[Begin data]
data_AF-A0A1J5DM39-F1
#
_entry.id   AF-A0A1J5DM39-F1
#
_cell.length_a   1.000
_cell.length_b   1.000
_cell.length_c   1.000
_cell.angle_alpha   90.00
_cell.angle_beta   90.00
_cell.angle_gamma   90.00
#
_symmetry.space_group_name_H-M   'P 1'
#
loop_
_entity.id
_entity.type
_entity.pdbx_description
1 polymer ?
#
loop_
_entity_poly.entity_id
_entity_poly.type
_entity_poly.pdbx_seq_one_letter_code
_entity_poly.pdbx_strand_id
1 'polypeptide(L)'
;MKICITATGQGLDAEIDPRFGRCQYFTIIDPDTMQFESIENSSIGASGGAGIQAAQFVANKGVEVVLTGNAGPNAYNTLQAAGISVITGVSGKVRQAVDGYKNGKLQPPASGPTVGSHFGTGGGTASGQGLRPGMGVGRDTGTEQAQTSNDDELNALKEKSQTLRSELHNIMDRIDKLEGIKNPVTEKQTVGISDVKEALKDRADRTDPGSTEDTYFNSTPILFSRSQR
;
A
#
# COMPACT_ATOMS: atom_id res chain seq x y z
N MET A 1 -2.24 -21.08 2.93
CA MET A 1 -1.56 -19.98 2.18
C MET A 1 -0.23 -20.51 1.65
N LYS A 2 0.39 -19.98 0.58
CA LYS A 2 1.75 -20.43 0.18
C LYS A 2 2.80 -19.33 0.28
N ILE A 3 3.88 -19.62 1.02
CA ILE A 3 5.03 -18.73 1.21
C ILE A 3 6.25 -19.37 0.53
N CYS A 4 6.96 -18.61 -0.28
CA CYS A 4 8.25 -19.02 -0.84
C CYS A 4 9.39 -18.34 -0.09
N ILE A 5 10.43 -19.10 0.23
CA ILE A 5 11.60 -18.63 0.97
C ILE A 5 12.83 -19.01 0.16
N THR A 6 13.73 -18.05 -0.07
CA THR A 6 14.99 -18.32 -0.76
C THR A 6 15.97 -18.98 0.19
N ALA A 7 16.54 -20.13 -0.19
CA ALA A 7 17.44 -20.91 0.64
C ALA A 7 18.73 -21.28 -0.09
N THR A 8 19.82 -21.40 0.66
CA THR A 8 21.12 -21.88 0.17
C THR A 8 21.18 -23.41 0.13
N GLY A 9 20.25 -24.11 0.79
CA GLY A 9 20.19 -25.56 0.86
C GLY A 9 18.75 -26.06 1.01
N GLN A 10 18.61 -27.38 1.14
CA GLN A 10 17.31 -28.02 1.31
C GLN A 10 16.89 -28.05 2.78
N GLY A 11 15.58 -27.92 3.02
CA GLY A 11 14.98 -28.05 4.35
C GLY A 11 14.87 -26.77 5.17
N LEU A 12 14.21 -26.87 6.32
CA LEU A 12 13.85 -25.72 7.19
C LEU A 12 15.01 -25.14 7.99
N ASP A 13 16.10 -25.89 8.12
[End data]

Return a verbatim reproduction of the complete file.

data_AF-A0A1J5DM39-F1
#
_entry.id   AF-A0A1J5DM39-F1
#
_cell.length_a   1.000
_cell.length_b   1.000
_cell.length_c   1.000
_cell.angle_alpha   90.00
_cell.angle_beta   90.00
_cell.angle_gamma   90.00
#
_symmetry.space_group_name_H-M   'P 1'
#
loop_
_entity.id
_entity.type
_entity.pdbx_description
1 polymer ?
#
loop_
_entity_poly.entity_id
_entity_poly.type
_entity_poly.pdbx_seq_one_letter_code
_entity_poly.pdbx_strand_id
1 'polypeptide(L)'
;MKICITATGQGLDAEIDPRFGRCQYFTIIDPDTMQFESIENSSIGASGGAGIQAAQFVANKGVEVVLTGNAGPNAYNTLQAAGISVITGVSGKVRQAVDGYKNGKLQPPASGPTVGSHFGTGGGTASGQGLRPGMGVGRDTGTEQAQTSNDDELNALKEKSQTLRSELHNIMDRIDKLEGIKNPVTEKQTVGISDVKEALKDRADRTDPGSTEDTYFNSTPILFSRSQR
;
A
#
# COMPACT_ATOMS: atom_id res chain seq x y z
N MET A 1 -2.24 -21.08 2.93
CA MET A 1 -1.56 -19.98 2.18
C MET A 1 -0.23 -20.51 1.65
N LYS A 2 0.39 -19.98 0.58
CA LYS A 2 1.75 -20.43 0.18
C LYS A 2 2.80 -19.33 0.28
N ILE A 3 3.88 -19.62 1.02
CA ILE A 3 5.03 -18.73 1.21
C ILE A 3 6.25 -19.37 0.53
N CYS A 4 6.96 -18.61 -0.28
CA CYS A 4 8.25 -19.02 -0.84
C CYS A 4 9.39 -18.34 -0.09
N ILE A 5 10.43 -19.10 0.23
CA ILE A 5 11.60 -18.63 0.97
C ILE A 5 12.83 -19.01 0.16
N THR A 6 13.73 -18.05 -0.07
CA THR A 6 14.99 -18.32 -0.76
C THR A 6 15.97 -18.98 0.19
N ALA A 7 16.54 -20.13 -0.19
CA ALA A 7 17.44 -20.91 0.64
C ALA A 7 18.73 -21.28 -0.09
N THR A 8 19.82 -21.40 0.66
CA THR A 8 21.12 -21.88 0.17
C THR A 8 21.18 -23.41 0.13
N GLY A 9 20.25 -24.11 0.79
CA GLY A 9 20.19 -25.56 0.86
C GLY A 9 18.75 -26.06 1.01
N GLN A 10 18.61 -27.38 1.14
CA GLN A 10 17.31 -28.02 1.31
C GLN A 10 16.89 -28.05 2.78
N GLY A 11 15.58 -27.92 3.02
CA GLY A 11 14.98 -28.05 4.35
C GLY A 11 14.87 -26.77 5.17
N LEU A 12 14.21 -26.87 6.32
CA LEU A 12 13.85 -25.72 7.19
C LEU A 12 15.01 -25.14 7.99
N ASP A 13 16.10 -25.89 8.12